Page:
Also what is nice is that as soon as I am back in the studio with the freshly processed film, I am ready to go. Just tuck the CD into the drive and open the folder up to decide what image to evaluate first. cool.

So bottom line, I like it, and this lab processing option only adds about $0.50 per image, which I think is a pretty good deal for all of the upsides. So this is now my new photo lab film process.


April 23, 2013

Adjusting to the Fujichrome change

04-17-13 RSM neg 14-15 v2

copyright 2013 Douglas Stockdale

With the demise of Kodak 120 Ektachrome, I have made the required change to the 120 Fujichrome, in my case the Fujichrome Provia 100F, considered a Super Fine Grain film. This also means that I might need to make some changes in my overall workflow, including the film scanning on the Nikon 8000 in conjunction with the Photoshop toolbox.

So far, I will have to say that I am impressed with this film. At the advice of John at my photo-lab, I did not change my image capturing processes. Ever hour or so (more often in the early morning and late afternoon), I do an exposure check with a Kodak gray card and my spot meter. At the moment for this film, I am using an Exposure Index (EI) that is the same as the manufacturers 100 ASA in conjunction with the labs standard E-6 film processing.

First indications are that the Fuji film appears more color saturated and the blues of the sky appear more as I remember them. In retrospect, the Ektachrome (E100, daylight transparency) seemed almost desaturated and I continually had issues with the colors of the sky.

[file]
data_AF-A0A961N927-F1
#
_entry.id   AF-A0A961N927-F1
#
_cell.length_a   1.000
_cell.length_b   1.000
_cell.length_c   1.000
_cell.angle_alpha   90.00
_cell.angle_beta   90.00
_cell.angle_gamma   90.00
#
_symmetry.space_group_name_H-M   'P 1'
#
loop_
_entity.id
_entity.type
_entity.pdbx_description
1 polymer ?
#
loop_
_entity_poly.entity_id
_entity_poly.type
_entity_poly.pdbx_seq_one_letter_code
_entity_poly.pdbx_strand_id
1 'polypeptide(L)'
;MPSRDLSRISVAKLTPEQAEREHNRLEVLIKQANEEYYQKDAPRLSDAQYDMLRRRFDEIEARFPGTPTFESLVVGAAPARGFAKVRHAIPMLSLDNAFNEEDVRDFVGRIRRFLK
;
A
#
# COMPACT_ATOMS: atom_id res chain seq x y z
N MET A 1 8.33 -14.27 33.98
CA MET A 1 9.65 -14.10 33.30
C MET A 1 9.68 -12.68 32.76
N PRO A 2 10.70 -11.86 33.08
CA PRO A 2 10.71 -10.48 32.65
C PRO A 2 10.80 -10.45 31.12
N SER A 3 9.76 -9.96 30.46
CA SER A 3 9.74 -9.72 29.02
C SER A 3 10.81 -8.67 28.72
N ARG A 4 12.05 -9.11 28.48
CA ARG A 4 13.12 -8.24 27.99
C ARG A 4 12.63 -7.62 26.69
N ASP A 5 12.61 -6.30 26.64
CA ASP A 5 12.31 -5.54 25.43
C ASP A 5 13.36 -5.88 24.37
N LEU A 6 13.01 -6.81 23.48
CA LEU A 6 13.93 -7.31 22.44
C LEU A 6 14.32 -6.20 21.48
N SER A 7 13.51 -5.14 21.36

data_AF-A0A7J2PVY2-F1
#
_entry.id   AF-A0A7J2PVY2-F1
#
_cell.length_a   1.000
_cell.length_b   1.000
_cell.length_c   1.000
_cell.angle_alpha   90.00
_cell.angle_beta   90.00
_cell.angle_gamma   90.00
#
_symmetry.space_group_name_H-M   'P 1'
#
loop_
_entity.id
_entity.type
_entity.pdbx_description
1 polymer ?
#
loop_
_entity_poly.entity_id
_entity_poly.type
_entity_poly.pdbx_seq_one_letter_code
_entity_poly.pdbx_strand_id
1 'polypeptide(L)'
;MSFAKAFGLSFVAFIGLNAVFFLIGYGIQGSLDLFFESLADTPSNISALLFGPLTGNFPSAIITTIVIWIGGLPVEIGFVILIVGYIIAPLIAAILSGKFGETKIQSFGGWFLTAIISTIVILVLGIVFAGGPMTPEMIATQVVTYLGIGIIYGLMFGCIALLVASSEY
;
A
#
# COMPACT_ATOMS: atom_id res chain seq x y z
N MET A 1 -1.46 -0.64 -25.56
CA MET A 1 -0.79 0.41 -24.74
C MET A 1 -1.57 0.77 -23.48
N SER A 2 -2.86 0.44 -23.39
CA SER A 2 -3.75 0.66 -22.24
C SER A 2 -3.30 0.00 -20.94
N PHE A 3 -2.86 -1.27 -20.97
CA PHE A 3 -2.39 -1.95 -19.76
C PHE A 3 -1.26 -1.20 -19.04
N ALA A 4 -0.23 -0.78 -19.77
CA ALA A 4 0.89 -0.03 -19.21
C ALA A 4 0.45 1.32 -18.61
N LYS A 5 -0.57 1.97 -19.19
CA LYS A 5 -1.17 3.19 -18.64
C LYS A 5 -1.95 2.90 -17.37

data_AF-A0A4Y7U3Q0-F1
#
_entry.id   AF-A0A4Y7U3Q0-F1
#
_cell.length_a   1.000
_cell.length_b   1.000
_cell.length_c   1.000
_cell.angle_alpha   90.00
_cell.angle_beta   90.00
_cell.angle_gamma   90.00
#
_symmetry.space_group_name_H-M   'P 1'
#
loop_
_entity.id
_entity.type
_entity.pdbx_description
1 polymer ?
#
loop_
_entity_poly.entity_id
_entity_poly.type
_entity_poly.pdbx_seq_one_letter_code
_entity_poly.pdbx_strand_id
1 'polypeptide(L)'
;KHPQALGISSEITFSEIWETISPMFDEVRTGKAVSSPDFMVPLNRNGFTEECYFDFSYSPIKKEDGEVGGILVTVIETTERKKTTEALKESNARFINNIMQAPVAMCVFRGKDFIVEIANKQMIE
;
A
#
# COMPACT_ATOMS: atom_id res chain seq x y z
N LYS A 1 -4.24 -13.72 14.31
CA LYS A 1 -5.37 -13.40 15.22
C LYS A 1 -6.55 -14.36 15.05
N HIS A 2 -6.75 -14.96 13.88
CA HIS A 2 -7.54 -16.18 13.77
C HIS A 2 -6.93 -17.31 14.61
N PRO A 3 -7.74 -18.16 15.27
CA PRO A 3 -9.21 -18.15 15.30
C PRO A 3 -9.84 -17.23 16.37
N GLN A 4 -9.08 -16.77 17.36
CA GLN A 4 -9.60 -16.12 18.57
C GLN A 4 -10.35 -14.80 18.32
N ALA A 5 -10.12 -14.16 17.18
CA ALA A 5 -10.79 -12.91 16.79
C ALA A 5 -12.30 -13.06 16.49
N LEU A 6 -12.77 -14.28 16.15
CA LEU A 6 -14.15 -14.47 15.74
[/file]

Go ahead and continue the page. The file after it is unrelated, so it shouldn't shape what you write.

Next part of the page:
Additionally, the scans of the Fujichrome film with my Nikon film scanner appear to require less correction and a lot closer to what I remember than the Ektachrome scans (maybe I have a Fujichrome memory??). I will not go as far as to say that the Japanese film and scanner companies are in cohorts together, but it does appear that the film scanner seems to be better calibrated for the Fujichrome film and not as well for the Kodak films (scanning both color negatives and transparencies).

So at the moment, I am enjoying the film change and having no regrets.

As to this photograph, I created this just before I was the bunny hero last week, as a part of my investigation project “Gardening for Ordinance”. I think that this bush is in the midst of its Spring bloom, but regretfully I do not recall seeing it until now. Another one of the beneficial aspects of working on conceptual projects like this is that it does increase my awareness of those things around me. Very cool. As to the composition, in the view finder the sky was not evident in the upper left corner when I made this composition. I had purposely tried to fill the top of the frame with this flaming bush. In retrospect, I think that this bit of sky adds some mystery and creates a more interesting photograph. So at the moment, a keeper.